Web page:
The Feast of the Transfiguration of Christ (commemorated on August 6 or 19) is an important one for Orthodox Christians to celebrate! After all, the Transfiguration was a revelation of the Holy Trinity (God the Father spoke, Christ was there, of course, and the Holy Spirit was revealed in the form of a cloud). Also, at the Transfiguration, Christ’s radiance was physically seen by the disciples so that they could better realize His Divinity. In addition, Moses and Elijah were present, showing the disciples that in Christ the law and the prophecies are fulfilled. And so it was that on Mt. Tabor, God allowed the disciples to have their own “mountaintop” experience, just as Moses (Mt. Sinai) and Elijah (Mt. Horeb) had during their life on earth.
Since this Feast is important, we need to learn about it ourselves, help our children know about it, and together celebrate the Feast! Transfiguration is a difficult concept for anyone to grasp, but especially so for children. How can we help our children learn what it was like for the disciples to see Our Lord’s Transfiguration on Mt. Tabor? Our Lord did not slip into a hidden wardrobe and change out of His ordinary clothes into shiny robes, nor did He simply step into a giant spotlight shining down from the sky. Rather, the disciples were simply permitted to physically see some of His Divine Glory shining through. (But not all of it: just “inasmuch as they were able,” according to the troparion of the day). So, how can we begin to explain or show the Transfiguration to our children?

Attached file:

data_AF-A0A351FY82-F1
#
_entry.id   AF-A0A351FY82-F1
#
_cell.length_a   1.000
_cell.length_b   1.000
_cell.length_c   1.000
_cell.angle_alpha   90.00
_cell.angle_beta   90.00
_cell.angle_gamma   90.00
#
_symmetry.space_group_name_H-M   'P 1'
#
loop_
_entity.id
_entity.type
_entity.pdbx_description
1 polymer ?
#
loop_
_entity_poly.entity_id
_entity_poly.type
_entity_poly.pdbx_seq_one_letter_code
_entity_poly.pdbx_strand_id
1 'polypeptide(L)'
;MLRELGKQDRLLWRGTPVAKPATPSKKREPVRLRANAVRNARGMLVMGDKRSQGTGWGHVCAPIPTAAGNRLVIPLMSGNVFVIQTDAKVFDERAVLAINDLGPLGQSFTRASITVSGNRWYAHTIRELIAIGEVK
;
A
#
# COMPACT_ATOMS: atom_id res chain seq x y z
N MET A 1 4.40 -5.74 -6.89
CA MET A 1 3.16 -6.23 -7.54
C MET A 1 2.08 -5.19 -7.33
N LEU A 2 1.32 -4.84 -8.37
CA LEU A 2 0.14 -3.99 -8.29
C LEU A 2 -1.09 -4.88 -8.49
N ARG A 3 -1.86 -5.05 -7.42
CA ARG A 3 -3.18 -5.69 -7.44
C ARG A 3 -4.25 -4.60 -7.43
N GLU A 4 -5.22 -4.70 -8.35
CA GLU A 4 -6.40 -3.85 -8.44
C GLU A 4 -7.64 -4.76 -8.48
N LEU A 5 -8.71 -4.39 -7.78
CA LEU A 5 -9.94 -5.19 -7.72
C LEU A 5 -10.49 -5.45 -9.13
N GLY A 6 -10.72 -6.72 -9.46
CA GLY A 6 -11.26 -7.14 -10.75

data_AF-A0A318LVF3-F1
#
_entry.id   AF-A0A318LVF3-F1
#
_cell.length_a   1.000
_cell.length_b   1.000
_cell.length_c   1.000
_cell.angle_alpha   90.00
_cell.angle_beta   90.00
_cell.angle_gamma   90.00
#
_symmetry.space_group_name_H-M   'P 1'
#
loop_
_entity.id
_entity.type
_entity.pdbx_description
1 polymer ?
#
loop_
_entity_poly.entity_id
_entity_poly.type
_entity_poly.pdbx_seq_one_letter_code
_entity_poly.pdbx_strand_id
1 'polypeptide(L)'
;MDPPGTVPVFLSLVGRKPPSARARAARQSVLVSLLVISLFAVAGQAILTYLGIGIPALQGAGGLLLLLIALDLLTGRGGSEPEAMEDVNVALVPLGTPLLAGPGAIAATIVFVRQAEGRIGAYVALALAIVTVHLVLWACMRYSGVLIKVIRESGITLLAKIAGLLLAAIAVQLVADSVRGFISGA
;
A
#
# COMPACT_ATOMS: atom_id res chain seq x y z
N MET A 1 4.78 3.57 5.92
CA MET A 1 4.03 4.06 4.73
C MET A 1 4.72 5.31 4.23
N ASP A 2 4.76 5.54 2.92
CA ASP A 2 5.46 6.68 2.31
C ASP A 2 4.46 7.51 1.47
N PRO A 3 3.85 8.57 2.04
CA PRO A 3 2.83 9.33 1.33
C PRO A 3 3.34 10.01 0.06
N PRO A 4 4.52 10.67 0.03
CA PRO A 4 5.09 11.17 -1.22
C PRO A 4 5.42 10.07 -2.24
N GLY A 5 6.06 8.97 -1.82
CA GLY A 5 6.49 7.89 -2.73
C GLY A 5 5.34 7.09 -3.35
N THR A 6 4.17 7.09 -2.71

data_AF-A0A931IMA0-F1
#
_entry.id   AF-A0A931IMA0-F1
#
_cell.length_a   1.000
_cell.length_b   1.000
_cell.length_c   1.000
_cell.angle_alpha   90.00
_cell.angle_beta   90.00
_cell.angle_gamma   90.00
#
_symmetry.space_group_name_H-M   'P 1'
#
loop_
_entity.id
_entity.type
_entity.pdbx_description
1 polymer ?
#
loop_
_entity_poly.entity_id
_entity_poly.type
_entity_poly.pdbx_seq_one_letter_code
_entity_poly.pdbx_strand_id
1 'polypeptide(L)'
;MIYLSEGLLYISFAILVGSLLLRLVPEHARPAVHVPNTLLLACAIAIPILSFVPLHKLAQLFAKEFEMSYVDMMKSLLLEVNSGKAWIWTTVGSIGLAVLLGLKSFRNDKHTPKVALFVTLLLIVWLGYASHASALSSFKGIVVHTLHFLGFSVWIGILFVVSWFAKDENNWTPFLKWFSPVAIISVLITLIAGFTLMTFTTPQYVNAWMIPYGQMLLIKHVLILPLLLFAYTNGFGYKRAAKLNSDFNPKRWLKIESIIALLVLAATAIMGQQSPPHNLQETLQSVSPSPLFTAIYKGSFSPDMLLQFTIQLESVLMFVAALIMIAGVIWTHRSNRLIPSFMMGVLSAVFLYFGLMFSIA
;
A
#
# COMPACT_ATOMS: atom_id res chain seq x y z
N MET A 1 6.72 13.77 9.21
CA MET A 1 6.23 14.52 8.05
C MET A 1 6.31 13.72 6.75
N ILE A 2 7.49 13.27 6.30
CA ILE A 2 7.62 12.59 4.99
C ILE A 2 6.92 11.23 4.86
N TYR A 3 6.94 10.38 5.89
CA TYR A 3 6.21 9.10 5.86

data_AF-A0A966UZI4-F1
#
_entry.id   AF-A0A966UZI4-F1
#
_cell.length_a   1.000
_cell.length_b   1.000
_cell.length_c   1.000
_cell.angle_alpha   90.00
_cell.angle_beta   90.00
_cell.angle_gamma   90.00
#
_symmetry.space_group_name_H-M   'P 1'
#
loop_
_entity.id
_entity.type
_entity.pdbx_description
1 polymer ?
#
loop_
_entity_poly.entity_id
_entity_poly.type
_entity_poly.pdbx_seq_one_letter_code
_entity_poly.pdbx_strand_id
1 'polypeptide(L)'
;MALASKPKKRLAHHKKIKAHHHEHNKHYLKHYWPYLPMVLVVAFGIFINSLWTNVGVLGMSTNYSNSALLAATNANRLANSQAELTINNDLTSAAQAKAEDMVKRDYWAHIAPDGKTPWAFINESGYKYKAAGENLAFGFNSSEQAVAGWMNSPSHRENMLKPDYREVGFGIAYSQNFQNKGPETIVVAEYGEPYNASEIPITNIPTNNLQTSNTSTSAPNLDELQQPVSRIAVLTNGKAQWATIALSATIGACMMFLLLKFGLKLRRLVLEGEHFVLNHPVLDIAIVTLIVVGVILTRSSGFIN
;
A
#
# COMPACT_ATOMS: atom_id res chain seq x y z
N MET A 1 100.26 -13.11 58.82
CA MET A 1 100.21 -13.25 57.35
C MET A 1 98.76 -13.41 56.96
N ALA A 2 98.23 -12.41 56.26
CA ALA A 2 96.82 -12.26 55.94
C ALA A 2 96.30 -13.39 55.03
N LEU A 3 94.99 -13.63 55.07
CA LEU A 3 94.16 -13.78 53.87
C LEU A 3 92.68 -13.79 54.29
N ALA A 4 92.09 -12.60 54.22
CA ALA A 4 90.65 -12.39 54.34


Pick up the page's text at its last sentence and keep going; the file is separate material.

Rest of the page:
One way to illustrate this concept would be to decorate three little plastic tubes to represent Christ, Moses, and Elijah.
We used permanent marker to turn two (upside down) spray hand sanitizer tubes to create “Moses” (holding a walking stick and tablets with the Ten Commandments) and “Elijah” (hands folded in prayer, over a burning fire). Then we took a new (blue) glow stick (also upside down) and added a smiley face for “Christ.” The story can be reenacted with these “characters,” using a throw pillow “Mt. Tabor.”
“Christ” can climb to the top of the mountain to pray.
While the disciples (all the people gathered to hear the story) watch, “Moses” and “Elijah” can appear, sparking a discussion that includes why they are holding what they are holding, and why they were even part of this event in the first place, as answered in the paragraph above.
At the moment of Christ’s Transfiguration, break the glass vial inside the glowstick, allowing the blue to emanate from it. Be sure to explain that, just as the glowstick could have been glowing at any moment (all of the right ingredients were there, but protected from mixing and glowing), Christ is always Divine. However, His disciples could not always see Him illumined, because God was protecting them from something that they would not have understood. It might have even scared them if He was always radiant! (At some point, you may also want to explain that God did not have to “do something” to Christ to make Him radiate; as we have to do something to the glowstick to make it glow. Unfortunately, as always, the analogy falls short of the truth.) However, on Mt. Tabor, God allowed the disciples to see some of His radiance, to help them know beyond the shadow of a doubt that He is God (and also to help them understand that His forthcoming crucifixion was voluntary, according to the kontakion of the day).